NON-LINEAR DC ANALYSIS
Using Nodal Analysis, you can find the voltage at every node in a DC linear circuit. But the technique runs into a brick wall if any non-linear components, such as a diode, appear in the circuit. Turns out, the solution is still within reach. The secret lies in first transforming the non-linear components into something usable by Nodal Analysis. The technique requires a little guessing, and a lot more trips to the nodal equation solver than is needed by a linear circuit.
As an example, let's look at a very non-linear component, a diode. Its current versus voltage relationship is described by
where IS is the saturation current and Vt the thermal voltage.
Using a little tunnel vision around an operating voltage Vdo, you can approximate the behavior by a line tangent to its ideal curve.
Diode characteristic curve and tangent line.
How does the tangent line help circuit analysis? A straight line can be modeled using linear components - a parallel combination of a conductance Geq and a current source Ieq! The conductance Geq is simply the slope of the tangent at the operating point Vdo.
The term Ieq is the point where the tangent slices through the y-axis.
Here's the non-linear diode transformed into its linear companion model.
Now, we can treat the diode like any other linear component in the circuit
and develop the nodal equations. (See Nodal Analysis for quick review.)
We can easily solve for V1 and V2. First, to simplify bookkeeping, let G11 = 1/R1 + 1/R2, G12 = -1/R2, G21 = -1/R2, G22 = 1/R2+Geq, I1 = Is and I2 = - Ieq. The equations reduce to
Then work the equations directly to get
Finally, stick the calculated V2 value into the next equation to get V1.
(We'll use these later in our Excel spreadsheet.)
REPEAT NODAL ANALYSIS AS
Remember, the diode's linear companion model was created at some operating point. But, which operating point? Well, initially we don't know - we can only guess at a trial operating point. After solving the Nodal equations, the voltage found across the diode serves as the next trial operating point and a new companion model is created. Again, the nodal equations are solved and the next trial operating point is found. Repeat as necessary until it converges to a solution.
How do you know when you've reached a solution? If the changes in circuit voltages and currents, between one iteration (n) and the last iteration (n-1), are smaller than some limit, then you've arrived at a solution. The whole thing looks like this:
And there in a nutshell is Newton's method (or the tangent method) of solving non-linear equations
NON-LINEAR DC ANALYSIS
Let's jump in the non-linear waters with an Excel spreadsheet for our diode circuit. Download and open the spreadsheet NON-LINEAR_DC_ANALYSIS.XLS. Under the variables shaded in light blue, enter the diode's reverse current IS and thermal voltage Vt at 27 °C. Next, enter the resistors R1, R2 and current source Is.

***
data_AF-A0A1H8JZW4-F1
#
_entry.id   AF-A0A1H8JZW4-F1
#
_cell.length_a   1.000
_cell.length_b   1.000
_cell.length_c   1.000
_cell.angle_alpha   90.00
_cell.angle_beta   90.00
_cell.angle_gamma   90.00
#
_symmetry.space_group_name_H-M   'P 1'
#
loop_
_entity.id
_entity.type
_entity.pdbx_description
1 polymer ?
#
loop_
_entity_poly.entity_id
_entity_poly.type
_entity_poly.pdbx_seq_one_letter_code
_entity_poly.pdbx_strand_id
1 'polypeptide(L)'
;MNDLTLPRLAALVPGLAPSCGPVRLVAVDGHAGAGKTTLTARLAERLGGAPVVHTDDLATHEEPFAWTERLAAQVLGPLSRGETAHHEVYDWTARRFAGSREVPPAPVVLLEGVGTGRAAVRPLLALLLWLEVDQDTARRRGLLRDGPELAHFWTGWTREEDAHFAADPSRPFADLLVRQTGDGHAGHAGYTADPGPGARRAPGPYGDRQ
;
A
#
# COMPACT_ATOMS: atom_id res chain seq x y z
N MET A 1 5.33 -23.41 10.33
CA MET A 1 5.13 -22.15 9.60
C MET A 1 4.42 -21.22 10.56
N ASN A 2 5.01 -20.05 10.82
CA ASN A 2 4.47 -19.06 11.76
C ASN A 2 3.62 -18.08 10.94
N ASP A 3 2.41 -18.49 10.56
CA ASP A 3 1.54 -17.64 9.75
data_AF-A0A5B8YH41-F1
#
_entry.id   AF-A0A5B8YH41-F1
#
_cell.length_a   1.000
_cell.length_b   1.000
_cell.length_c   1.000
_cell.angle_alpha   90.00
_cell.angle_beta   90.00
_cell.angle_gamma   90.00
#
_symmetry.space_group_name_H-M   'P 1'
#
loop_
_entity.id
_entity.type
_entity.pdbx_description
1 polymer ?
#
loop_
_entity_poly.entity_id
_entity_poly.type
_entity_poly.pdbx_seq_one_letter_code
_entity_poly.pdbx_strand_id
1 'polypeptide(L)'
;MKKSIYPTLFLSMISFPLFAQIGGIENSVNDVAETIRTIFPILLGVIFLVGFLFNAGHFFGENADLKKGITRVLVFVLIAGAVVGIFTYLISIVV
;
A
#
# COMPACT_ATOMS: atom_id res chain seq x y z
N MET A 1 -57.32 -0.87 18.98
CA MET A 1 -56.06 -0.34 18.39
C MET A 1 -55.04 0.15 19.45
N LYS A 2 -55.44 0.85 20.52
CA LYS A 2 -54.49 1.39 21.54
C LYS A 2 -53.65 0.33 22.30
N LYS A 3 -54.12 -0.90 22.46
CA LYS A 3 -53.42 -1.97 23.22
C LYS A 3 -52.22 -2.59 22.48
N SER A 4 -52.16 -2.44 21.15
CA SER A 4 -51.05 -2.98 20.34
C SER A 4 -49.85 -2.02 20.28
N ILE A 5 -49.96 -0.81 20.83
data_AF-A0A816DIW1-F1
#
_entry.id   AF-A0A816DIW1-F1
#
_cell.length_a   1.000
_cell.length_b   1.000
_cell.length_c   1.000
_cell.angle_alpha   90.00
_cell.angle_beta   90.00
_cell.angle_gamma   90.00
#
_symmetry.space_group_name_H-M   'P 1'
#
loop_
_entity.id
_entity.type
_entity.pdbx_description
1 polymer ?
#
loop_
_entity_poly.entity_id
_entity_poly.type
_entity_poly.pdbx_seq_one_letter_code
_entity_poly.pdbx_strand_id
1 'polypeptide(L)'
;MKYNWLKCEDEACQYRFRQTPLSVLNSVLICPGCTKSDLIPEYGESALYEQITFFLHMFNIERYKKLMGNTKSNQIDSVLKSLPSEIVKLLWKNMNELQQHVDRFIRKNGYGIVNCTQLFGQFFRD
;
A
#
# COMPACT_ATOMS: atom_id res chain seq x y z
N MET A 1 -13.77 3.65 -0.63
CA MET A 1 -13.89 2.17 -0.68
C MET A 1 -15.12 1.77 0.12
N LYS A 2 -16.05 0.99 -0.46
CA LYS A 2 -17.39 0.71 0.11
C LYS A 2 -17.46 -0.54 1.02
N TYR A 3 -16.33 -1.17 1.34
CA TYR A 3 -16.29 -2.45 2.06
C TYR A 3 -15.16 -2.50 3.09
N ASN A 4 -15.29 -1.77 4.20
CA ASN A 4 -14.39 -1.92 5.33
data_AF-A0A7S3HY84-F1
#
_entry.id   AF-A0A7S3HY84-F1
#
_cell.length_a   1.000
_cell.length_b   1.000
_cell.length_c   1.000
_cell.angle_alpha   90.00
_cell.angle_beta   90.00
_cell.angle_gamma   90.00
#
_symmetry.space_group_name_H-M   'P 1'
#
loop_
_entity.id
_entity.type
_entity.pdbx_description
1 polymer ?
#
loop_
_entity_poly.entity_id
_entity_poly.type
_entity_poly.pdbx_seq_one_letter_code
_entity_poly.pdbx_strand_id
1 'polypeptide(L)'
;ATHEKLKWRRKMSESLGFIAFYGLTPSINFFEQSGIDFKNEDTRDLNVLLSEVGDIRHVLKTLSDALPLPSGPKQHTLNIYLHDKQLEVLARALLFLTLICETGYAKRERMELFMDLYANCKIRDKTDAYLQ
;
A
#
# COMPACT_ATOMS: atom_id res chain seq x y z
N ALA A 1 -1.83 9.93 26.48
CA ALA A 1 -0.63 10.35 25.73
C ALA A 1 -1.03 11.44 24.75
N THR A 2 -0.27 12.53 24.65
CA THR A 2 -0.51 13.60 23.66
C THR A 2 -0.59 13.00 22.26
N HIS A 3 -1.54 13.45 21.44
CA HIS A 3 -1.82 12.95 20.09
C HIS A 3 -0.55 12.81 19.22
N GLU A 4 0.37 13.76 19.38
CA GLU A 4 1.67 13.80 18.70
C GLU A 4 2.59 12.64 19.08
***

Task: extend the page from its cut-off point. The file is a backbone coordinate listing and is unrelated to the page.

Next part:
How much voltage would you estimate at node 1?
You can expect V1 = Is ∙ R1 =
Now, it's time to enter your guess at a trial operating point for the diode, say 0.9V. From this guess, Excel calculates the diode current Id and its companion model values Geq and Ieq (see equations above).
Just to the right, the spreadsheet calculates the conductance matrix G according to the equations
Finally, the current vector is formed
Okay, here comes the main objective - solve the equations for V1 and V2. The voltages are calculated using the equations found in the Nodal Analysis section above.
Notice the next row. The diode voltage V2 from the previous row is placed in column B as the new trial operating voltage! Another round of calculations then begins.
How do you know if V1 and V2 are correct? Just look at the change in the diode voltages and currents during the last iteration. The last 2 columns holds these values. As you can see, by the 8th iteration the change is small and getting smaller. You can say, the solution is converging!
ALGORITHM INSIGHT The number of iterations it takes depends a lot on your initial guess at the diode voltage. Try another initial guess like 0.65 or 0.95V. How many iterations did it take? Try changing Is, R1 and R2. What effect does it have on the voltages and number of iterations?
THE SPICE CIRCUIT
To verify our results, you can run a simulation of NON-LINEAR_DC_ CKT.CIR. Download the file or copy this netlist into a text file with the *.cir extension.
NON-LINEAR_DC_CKT.CIR - SIMPLE NON-LINEAR CIRCUIT * IS 0 1 DC 0.1A * R1 1 0 100 R2 1 2 10K D1 2 0 DNOM * .MODEL DNOM D(IS=1E-15) * * ANALYSIS .TRAN 1MS 10MS * VIEW RESULTS .PRINT TRAN V(1) V(2) .PROBE .END
Although the SPICE file runs a Transient Analysis, it essentially computes a Non-Linear DC Analysis because no significant charge-storage devices exist in the circuit. Plot V(1) and V(2). Use the cursor, if needed, to get an accurate measurement. Do the voltages from SPICE and Excel agree?
Well, pass the bubbly - the companion models have been created, the voltage and current changes have fallen below their limits, and a solution has been found! But wait, what are these limits of voltage and current change? The limits are actually calculated by
By default, RELTOL is set to 0.001 or 0.1 percent. So
if your expected voltage is 5V, the change in node voltage must fall below 5
V ∙ 0.001 = 5 mV to reach a solution.
However, if your voltage swings near zero, such as 0.1 mV, then the voltage
change has to fall
Some of you may recognize RELTOL, VNTOL and ABSTOL as parameters that can appear in the .OPTIONS statement of the netlist. You, as a SPICE user, have control over these parameters. When a solution does not converge and your SPICE world comes crashing down around you, adjust these parameters to help jump start the SPICE engine. Many times this means relaxing (increasing) the limits of voltage and current change.
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